Parate Executie Clause in Mortgage Bond Versus Post-Default Authority to Sell ‒ Business Partners Limited v Mahamba (4568/2016)  ZAECGHC 17 (26 February 2019)
Keywords:parate executie clauses, pledges of movable, mortgages of immovable property, residential mortgage foreclosure, mortgage agreements, post-default agreements
The purpose of this note is to consider a case that came before a full bench of the Eastern Cape Division of the High Court in Grahamstown – namely, Business Partners Limited v Mahamba ((4568/2016)  ZAECGHC 17 (26 February 2019)). The case touched on the age-old debate surrounding the validity of parate executie (summary execution or private sale) clauses in agreements that hypothecate property as security for the payment of a debt. Even though such clauses are popular in pledge agreements pertaining to movable property (including the hypothecation of incorporeal movables via a cession in securitatem debiti), this case involved a mortgage bond pertaining to immovable property. Moreover, as explained below, the impugned clause in casu technically was not a parate executie clause but an agreement entered into after the debtor defaulted on a loan.
A parate executie clause generally seeks to entitle the secured creditor to dispose of the hypothecated property through a private sale – that is, without going through the normal court processes – when the debtor defaults on payment obligations under the loan agreement. The validity of parate executie clauses has been debated since at least Roman-Dutch times, while the debate has also featured in modern South African case law and literature. More recently a constitutional dimension has been added to (and has revived) the controversy by virtue of the right of access to courts guaranteed in section 34 of the Constitution of the Republic of South Africa, 1996 (the Constitution). There is also a significant difference depending on whether a pledge of movable or a mortgage of immovable property is involved. It is moreover necessary to distinguish between parate executie clauses included in the bond itself and agreements subsequent to a debtor’s default in terms of which a debtor authorised a creditor to sell the property without having to go through the court processes.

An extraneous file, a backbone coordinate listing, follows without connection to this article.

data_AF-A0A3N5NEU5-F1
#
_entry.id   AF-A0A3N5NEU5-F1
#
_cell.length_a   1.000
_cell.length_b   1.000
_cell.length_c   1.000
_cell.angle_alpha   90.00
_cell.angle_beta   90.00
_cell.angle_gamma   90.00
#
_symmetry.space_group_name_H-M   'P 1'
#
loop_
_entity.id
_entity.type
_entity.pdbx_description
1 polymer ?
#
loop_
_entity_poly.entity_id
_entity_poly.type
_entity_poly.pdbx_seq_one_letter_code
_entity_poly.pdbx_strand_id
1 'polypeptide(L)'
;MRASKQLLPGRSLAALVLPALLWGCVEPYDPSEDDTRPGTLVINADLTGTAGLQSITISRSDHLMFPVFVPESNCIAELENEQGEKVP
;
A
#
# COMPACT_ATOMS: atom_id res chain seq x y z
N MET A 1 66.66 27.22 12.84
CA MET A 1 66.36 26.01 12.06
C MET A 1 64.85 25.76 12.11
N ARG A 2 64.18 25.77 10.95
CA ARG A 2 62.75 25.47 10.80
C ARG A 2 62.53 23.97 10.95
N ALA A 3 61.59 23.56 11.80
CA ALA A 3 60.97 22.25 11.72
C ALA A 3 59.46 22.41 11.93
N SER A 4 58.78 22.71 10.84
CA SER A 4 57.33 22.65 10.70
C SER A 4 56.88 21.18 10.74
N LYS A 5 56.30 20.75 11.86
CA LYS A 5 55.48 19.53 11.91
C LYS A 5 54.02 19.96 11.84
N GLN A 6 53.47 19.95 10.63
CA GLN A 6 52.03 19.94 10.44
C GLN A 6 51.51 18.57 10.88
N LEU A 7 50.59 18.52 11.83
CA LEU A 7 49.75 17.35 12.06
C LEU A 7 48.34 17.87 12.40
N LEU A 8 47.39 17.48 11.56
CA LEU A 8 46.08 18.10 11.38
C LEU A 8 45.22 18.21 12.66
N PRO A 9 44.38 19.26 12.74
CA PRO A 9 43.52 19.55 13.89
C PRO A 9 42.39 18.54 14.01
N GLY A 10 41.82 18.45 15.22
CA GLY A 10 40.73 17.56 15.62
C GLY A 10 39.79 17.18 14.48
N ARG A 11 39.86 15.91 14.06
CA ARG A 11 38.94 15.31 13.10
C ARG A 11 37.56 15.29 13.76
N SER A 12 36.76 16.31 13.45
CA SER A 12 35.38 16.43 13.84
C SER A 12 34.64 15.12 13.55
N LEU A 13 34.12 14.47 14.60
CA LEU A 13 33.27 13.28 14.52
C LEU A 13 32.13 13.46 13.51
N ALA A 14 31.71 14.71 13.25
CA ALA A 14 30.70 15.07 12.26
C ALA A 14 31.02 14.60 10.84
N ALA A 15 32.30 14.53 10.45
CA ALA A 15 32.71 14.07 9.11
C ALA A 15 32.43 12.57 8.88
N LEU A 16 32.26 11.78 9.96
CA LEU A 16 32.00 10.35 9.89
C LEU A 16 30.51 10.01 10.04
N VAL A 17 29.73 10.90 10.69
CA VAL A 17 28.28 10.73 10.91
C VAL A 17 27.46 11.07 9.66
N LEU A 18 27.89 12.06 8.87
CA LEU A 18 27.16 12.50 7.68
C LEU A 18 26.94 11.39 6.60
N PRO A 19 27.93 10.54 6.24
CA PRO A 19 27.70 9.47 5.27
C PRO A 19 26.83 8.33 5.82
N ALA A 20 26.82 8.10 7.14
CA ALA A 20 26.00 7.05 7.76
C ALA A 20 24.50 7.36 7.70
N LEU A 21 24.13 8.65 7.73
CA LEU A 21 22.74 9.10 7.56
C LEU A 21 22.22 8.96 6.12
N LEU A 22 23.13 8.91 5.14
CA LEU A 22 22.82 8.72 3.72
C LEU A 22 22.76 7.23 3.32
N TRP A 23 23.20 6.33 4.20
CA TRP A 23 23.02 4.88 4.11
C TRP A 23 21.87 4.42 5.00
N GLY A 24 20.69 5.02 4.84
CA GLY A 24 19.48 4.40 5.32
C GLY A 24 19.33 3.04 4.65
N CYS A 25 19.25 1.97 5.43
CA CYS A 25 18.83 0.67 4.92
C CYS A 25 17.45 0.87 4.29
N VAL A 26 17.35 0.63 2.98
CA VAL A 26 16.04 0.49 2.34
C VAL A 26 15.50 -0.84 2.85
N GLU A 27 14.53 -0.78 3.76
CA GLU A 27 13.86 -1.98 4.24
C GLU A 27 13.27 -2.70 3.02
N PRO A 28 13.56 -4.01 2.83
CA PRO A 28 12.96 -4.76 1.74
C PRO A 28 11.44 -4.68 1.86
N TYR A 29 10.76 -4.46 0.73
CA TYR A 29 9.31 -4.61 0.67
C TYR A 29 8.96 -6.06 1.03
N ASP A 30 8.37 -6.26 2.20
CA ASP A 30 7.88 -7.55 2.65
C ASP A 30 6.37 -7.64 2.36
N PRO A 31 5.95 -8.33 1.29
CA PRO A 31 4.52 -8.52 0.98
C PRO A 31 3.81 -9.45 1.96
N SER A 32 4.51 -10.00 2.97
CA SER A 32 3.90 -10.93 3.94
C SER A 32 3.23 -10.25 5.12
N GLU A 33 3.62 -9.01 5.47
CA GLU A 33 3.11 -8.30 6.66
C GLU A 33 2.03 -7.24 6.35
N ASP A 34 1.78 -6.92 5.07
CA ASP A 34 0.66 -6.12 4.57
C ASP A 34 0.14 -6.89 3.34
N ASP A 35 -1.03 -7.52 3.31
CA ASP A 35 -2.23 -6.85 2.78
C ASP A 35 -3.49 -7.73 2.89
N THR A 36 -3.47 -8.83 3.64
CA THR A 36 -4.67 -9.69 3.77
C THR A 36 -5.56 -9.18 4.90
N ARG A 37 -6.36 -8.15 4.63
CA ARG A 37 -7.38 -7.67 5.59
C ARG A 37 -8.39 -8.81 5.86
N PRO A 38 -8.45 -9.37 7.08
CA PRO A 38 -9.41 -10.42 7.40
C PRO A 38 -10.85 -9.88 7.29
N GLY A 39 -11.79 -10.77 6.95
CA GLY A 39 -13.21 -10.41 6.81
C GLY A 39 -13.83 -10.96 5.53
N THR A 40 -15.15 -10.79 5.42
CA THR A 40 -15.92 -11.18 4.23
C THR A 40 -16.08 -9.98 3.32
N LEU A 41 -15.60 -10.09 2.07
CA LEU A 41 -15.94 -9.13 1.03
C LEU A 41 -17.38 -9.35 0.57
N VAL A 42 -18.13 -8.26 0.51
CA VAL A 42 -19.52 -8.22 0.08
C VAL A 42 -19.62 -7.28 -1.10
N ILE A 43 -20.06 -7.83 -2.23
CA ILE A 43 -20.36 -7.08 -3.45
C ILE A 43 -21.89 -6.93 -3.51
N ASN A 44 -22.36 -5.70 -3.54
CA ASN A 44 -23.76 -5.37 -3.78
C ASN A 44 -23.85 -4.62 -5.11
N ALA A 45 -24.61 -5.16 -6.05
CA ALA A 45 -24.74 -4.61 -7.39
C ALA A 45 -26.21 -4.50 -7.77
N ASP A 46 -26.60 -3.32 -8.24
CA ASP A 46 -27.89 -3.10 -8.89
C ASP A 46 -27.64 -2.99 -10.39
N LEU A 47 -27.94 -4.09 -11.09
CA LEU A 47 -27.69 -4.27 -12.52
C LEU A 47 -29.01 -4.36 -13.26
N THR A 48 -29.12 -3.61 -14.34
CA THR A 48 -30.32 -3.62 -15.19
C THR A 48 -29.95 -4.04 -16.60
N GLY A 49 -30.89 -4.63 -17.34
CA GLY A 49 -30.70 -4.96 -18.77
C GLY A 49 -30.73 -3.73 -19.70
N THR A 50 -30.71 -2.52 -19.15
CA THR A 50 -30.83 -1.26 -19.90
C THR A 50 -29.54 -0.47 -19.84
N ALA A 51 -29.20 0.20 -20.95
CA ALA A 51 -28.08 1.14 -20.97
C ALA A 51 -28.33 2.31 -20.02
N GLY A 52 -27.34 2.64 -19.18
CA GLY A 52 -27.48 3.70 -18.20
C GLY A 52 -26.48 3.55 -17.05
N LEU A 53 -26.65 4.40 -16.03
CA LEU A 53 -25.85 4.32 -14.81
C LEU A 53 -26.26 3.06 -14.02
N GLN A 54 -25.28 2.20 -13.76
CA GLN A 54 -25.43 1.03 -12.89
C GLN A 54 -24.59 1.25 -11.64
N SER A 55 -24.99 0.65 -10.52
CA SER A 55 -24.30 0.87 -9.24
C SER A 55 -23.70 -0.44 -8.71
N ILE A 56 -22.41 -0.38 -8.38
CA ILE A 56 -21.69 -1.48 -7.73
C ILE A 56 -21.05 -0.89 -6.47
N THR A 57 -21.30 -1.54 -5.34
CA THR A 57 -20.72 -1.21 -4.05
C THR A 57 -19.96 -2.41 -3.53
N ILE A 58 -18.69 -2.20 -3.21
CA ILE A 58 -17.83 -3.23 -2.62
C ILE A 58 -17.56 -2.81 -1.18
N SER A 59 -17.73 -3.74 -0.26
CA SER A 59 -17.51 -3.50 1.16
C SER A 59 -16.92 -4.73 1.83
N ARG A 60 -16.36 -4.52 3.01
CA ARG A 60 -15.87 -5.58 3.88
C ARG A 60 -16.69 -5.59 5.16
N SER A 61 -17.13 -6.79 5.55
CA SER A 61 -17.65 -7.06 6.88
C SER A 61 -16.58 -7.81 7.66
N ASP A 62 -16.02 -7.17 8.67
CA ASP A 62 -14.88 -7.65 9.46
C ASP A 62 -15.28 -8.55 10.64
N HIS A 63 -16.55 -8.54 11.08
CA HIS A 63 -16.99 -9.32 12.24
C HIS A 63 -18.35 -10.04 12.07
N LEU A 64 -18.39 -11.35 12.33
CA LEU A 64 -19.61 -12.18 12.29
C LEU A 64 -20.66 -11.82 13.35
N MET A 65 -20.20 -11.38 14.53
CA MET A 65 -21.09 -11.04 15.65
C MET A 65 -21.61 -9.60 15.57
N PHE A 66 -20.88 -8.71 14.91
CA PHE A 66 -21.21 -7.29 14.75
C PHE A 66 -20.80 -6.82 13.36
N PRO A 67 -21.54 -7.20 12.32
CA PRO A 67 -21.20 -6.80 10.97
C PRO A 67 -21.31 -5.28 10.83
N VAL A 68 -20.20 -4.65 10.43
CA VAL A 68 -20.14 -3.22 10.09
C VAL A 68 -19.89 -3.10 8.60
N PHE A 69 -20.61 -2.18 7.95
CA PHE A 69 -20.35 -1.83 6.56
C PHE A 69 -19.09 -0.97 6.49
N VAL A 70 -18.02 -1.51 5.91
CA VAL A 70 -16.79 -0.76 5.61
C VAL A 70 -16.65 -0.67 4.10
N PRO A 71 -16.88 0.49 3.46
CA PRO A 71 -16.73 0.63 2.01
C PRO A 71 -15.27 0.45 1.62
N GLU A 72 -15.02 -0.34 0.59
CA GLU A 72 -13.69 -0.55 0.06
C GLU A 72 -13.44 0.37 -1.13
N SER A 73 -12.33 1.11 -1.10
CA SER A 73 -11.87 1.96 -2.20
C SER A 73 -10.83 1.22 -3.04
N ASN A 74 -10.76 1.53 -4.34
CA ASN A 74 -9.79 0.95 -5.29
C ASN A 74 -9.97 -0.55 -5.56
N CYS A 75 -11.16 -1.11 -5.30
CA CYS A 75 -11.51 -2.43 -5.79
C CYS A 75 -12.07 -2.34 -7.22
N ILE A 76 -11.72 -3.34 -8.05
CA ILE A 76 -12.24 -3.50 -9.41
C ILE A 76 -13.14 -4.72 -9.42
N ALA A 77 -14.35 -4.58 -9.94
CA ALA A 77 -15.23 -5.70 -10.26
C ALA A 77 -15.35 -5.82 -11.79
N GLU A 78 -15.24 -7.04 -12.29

In view of the judgment in Business Partners v Mahamba (supra), it is arguably necessary to revisit the matter and to clarify some aspects surrounding parate executie clauses, such as the circumstances under which they are valid and invalid as well as how they differ from similar contractual arrangements between debtors and creditors. It is also necessary to affirm the difference in this regard between pledges of movable and mortgages of immovable property. The case note also comments on the implications, in the residential mortgage foreclosure context, of the difference between parate executie clauses in mortgage agreements, on the one hand, and post-default agreements allowing a creditor to sell the property privately, on the other.